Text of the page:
ECE 310, Spring 2005, HW 3 solutions
Problem E2.41
a) Let Ω be the set of all possible arrangements of
k
indistinguishable photons
in N intervals. By BoseEinstein statistics,
k
Ω
k
=
(
N

1+
k
k
)
. Let
A
be the
set of possible arrangements, at which no two photons occupy the same
interval; in other words, each interval contains either one photon or zero
photons. Then
k
A
k
=
(
N
k
)
and
P
a
=
P
(
A
) =
k
A
k
k
Ω
k
=
(
N
k
)
(
N

1+
k
k
)
b) Let
B
be the event that at least two photons share some unit interval,
then
B
=
A
c
and
P
b
=
P
(
B
) = 1

P
(
A
) = 1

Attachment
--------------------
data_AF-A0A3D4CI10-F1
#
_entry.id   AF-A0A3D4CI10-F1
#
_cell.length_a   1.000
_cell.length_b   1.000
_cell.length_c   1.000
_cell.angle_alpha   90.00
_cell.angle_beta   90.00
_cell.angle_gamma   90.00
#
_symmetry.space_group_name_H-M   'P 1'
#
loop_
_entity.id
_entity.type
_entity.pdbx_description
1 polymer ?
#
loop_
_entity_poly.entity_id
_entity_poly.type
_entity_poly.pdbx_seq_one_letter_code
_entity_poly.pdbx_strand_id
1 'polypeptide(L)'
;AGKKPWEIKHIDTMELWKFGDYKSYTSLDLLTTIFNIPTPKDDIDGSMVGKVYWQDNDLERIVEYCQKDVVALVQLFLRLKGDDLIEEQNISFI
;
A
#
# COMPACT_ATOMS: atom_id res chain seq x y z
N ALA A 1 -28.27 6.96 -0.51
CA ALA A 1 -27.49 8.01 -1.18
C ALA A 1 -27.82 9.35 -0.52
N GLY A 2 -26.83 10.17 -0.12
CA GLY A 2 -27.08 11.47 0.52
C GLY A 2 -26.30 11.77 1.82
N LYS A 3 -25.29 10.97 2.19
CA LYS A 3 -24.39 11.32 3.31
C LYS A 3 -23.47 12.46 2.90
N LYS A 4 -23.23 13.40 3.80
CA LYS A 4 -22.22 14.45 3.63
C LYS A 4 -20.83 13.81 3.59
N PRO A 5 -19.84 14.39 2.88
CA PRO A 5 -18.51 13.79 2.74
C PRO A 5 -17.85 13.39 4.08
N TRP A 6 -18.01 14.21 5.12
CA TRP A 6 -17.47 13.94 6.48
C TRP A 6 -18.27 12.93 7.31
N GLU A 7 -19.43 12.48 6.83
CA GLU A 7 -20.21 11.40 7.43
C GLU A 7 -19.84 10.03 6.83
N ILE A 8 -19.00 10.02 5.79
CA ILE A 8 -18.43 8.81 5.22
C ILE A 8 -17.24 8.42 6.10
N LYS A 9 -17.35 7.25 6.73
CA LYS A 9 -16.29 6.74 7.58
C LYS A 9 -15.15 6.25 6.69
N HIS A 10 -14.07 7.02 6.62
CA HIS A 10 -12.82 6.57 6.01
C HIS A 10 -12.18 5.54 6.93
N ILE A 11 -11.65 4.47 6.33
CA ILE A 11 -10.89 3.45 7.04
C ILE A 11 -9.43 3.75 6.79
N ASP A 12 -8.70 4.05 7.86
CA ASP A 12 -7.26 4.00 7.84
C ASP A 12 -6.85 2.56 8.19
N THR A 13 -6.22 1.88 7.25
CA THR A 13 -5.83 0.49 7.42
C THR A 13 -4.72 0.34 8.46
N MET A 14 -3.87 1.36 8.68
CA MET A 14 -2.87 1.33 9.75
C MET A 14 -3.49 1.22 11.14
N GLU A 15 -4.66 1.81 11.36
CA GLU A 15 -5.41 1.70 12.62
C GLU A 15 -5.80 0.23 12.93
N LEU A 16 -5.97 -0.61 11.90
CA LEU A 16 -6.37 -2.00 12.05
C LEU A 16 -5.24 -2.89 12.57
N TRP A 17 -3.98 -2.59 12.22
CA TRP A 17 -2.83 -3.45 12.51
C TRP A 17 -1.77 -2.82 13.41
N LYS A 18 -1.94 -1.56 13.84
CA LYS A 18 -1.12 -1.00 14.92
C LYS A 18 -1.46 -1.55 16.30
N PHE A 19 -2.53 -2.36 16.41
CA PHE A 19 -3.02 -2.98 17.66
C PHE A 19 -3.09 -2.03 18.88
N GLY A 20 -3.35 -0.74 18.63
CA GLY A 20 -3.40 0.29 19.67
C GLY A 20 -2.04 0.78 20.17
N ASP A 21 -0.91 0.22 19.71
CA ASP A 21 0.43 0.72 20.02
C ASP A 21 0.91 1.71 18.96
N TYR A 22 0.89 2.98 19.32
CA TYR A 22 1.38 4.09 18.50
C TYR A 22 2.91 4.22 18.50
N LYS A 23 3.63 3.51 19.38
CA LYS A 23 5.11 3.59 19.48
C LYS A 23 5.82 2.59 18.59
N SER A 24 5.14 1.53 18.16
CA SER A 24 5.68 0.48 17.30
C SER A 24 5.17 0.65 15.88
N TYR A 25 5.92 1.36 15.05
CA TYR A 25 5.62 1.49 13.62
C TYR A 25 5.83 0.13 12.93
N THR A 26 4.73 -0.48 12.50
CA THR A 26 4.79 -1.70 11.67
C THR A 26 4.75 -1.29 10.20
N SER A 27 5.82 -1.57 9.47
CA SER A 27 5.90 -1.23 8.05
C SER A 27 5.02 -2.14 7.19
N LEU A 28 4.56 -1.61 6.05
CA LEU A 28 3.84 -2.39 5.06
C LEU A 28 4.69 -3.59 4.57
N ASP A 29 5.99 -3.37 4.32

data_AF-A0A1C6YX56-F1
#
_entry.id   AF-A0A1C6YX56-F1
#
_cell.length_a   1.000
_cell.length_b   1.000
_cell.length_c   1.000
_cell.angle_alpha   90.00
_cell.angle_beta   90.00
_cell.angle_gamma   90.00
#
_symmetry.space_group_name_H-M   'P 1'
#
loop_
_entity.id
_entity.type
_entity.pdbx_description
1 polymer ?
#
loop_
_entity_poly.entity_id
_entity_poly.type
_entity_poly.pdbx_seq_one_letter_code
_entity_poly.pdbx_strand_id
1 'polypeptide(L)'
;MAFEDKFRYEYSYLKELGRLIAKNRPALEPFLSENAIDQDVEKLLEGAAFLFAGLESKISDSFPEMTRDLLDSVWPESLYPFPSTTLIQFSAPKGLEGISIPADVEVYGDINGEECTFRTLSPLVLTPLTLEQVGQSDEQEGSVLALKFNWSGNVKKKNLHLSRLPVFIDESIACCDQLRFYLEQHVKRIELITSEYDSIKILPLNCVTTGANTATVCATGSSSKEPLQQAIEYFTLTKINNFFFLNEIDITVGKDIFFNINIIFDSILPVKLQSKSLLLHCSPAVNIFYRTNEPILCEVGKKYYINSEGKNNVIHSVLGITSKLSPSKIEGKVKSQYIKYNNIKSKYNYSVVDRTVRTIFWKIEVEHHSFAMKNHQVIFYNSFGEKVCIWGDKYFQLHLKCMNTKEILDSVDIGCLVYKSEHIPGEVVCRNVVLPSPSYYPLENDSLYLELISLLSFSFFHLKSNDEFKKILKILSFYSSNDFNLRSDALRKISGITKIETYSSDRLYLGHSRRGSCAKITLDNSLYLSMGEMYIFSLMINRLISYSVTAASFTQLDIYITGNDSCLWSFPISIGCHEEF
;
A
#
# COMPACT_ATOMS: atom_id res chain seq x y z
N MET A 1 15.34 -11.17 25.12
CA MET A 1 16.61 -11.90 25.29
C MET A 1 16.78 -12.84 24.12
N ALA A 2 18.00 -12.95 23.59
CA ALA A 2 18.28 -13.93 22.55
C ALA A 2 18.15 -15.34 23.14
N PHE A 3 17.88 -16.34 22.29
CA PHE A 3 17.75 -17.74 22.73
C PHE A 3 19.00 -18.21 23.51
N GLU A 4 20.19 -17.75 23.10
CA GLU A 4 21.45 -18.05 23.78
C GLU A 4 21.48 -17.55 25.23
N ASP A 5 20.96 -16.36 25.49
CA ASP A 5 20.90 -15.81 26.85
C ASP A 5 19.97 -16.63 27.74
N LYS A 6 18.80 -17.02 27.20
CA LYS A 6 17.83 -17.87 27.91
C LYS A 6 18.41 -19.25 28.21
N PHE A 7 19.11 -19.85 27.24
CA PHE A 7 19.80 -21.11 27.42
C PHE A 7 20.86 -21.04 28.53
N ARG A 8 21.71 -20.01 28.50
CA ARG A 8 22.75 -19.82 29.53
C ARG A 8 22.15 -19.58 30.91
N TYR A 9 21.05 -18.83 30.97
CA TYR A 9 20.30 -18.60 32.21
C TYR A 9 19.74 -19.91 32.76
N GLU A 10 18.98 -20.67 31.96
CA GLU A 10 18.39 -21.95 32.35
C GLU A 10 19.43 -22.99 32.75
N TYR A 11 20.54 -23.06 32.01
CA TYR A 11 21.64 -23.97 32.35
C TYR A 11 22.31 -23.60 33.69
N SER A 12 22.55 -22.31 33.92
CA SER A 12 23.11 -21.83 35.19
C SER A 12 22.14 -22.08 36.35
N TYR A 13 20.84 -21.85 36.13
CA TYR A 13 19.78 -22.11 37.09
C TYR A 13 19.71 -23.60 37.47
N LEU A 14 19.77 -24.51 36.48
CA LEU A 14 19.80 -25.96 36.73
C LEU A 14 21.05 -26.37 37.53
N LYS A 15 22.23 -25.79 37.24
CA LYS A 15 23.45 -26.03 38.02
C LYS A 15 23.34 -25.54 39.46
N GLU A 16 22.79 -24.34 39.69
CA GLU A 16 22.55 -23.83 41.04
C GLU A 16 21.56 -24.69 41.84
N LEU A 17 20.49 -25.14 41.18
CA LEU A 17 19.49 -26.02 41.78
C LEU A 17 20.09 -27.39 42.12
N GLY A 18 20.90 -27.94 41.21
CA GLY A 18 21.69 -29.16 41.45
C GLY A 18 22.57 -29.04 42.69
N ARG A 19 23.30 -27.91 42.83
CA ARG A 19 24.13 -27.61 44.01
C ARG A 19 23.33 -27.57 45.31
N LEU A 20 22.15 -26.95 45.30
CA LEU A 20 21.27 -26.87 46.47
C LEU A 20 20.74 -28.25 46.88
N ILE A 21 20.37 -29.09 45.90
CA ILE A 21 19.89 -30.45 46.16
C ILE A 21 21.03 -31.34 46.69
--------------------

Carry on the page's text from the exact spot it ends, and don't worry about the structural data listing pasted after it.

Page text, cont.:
(
N
k
)
(
N

1+
k
k
)
c) Let
C
be the event that two of
k
photons turned to be in the ﬁrst interval
or, in other words,
k

2 remaining photons were arranged in
N

1 intervals.
Hence,
k
C
k
=
(
N

4+
k
k

2
)
and
P
c
=
P
(
C
) =
(
N

4+
k
k

2
)
(
N

1+
k
k
)
Problem E2.42
a) According to BoseEinstein statistics (page 78), there are
m
=
(
10

1+3
3
)
=
(
12
3
)
= 220 distinguishable arrangements.
b) The event
A
corresponds to one of
m
possible arrangements, thus
k
A
k
= 1
and
P
(
A
) =
1
(
12
3
)
= 0
.
0045(45)
c) The event
B
is that none of 3 photons are in the cell
q
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 Spring '05
 HAAS
 Conditional Probability, Probability, Probability theory, possible arrangements, blue pixels

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